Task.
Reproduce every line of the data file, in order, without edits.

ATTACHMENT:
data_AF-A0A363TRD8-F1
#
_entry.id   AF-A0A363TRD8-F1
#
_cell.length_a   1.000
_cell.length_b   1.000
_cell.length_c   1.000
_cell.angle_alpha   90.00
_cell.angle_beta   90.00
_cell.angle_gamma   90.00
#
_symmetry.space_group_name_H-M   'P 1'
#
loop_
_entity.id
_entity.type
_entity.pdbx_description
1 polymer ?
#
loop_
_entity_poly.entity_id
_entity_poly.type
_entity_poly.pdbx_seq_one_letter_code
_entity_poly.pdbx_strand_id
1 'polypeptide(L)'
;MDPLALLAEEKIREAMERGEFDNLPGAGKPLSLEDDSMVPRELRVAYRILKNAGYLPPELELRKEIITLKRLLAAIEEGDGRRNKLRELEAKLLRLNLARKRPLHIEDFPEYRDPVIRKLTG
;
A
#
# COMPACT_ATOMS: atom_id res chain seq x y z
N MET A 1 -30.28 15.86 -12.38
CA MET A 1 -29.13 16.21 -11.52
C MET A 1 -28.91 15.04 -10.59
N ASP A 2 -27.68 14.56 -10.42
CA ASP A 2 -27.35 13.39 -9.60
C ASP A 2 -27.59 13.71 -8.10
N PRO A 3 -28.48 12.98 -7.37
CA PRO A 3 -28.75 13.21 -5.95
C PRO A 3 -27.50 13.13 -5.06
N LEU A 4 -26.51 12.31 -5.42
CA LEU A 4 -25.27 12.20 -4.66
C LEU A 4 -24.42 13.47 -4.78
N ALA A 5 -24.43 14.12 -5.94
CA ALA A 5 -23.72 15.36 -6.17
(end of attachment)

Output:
data_AF-A0A363TRD8-F1
#
_entry.id   AF-A0A363TRD8-F1
#
_cell.length_a   1.000
_cell.length_b   1.000
_cell.length_c   1.000
_cell.angle_alpha   90.00
_cell.angle_beta   90.00
_cell.angle_gamma   90.00
#
_symmetry.space_group_name_H-M   'P 1'
#
loop_
_entity.id
_entity.type
_entity.pdbx_description
1 polymer ?
#
loop_
_entity_poly.entity_id
_entity_poly.type
_entity_poly.pdbx_seq_one_letter_code
_entity_poly.pdbx_strand_id
1 'polypeptide(L)'
;MDPLALLAEEKIREAMERGEFDNLPGAGKPLSLEDDSMVPRELRVAYRILKNAGYLPPELELRKEIITLKRLLAAIEEGDGRRNKLRELEAKLLRLNLARKRPLHIEDFPEYRDPVIRKLTG
;
A
#
# COMPACT_ATOMS: atom_id res chain seq x y z
N MET A 1 -30.28 15.86 -12.38
CA MET A 1 -29.13 16.21 -11.52
C MET A 1 -28.91 15.04 -10.59
N ASP A 2 -27.68 14.56 -10.42
CA ASP A 2 -27.35 13.39 -9.60
C ASP A 2 -27.59 13.71 -8.10
N PRO A 3 -28.48 12.98 -7.37
CA PRO A 3 -28.75 13.21 -5.95
C PRO A 3 -27.50 13.13 -5.06
N LEU A 4 -26.51 12.31 -5.42
CA LEU A 4 -25.27 12.20 -4.66
C LEU A 4 -24.42 13.47 -4.78
N ALA A 5 -24.43 14.12 -5.94
CA ALA A 5 -23.72 15.36 -6.17